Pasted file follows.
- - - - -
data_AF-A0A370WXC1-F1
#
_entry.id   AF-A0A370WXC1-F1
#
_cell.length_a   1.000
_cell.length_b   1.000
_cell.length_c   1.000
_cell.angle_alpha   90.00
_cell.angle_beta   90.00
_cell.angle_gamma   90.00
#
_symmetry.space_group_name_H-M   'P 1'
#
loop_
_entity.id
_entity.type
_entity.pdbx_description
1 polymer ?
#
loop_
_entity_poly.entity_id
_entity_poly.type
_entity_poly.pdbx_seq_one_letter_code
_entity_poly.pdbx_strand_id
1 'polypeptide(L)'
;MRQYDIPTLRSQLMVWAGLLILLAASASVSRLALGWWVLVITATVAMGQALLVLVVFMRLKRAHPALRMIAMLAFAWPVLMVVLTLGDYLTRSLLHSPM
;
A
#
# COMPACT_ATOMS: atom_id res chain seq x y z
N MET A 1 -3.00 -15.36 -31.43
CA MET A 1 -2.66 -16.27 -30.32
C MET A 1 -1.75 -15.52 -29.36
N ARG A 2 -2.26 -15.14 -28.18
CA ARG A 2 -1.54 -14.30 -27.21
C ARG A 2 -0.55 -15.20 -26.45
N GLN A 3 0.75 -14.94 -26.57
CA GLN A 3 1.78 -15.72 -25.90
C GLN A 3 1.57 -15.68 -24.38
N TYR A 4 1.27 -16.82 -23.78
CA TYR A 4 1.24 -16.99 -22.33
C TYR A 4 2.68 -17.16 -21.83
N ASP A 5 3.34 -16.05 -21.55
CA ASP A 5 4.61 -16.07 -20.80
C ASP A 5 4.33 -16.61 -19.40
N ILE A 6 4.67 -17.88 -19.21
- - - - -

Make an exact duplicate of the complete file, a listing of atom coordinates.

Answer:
data_AF-A0A370WXC1-F1
#
_entry.id   AF-A0A370WXC1-F1
#
_cell.length_a   1.000
_cell.length_b   1.000
_cell.length_c   1.000
_cell.angle_alpha   90.00
_cell.angle_beta   90.00
_cell.angle_gamma   90.00
#
_symmetry.space_group_name_H-M   'P 1'
#
loop_
_entity.id
_entity.type
_entity.pdbx_description
1 polymer ?
#
loop_
_entity_poly.entity_id
_entity_poly.type
_entity_poly.pdbx_seq_one_letter_code
_entity_poly.pdbx_strand_id
1 'polypeptide(L)'
;MRQYDIPTLRSQLMVWAGLLILLAASASVSRLALGWWVLVITATVAMGQALLVLVVFMRLKRAHPALRMIAMLAFAWPVLMVVLTLGDYLTRSLLHSPM
;
A
#
# COMPACT_ATOMS: atom_id res chain seq x y z
N MET A 1 -3.00 -15.36 -31.43
CA MET A 1 -2.66 -16.27 -30.32
C MET A 1 -1.75 -15.52 -29.36
N ARG A 2 -2.26 -15.14 -28.18
CA ARG A 2 -1.54 -14.30 -27.21
C ARG A 2 -0.55 -15.20 -26.45
N GLN A 3 0.75 -14.94 -26.57
CA GLN A 3 1.78 -15.72 -25.90
C GLN A 3 1.57 -15.68 -24.38
N TYR A 4 1.27 -16.82 -23.78
CA TYR A 4 1.24 -16.99 -22.33
C TYR A 4 2.68 -17.16 -21.83
N ASP A 5 3.34 -16.05 -21.55
CA ASP A 5 4.61 -16.07 -20.80
C ASP A 5 4.33 -16.61 -19.40
N ILE A 6 4.67 -17.88 -19.21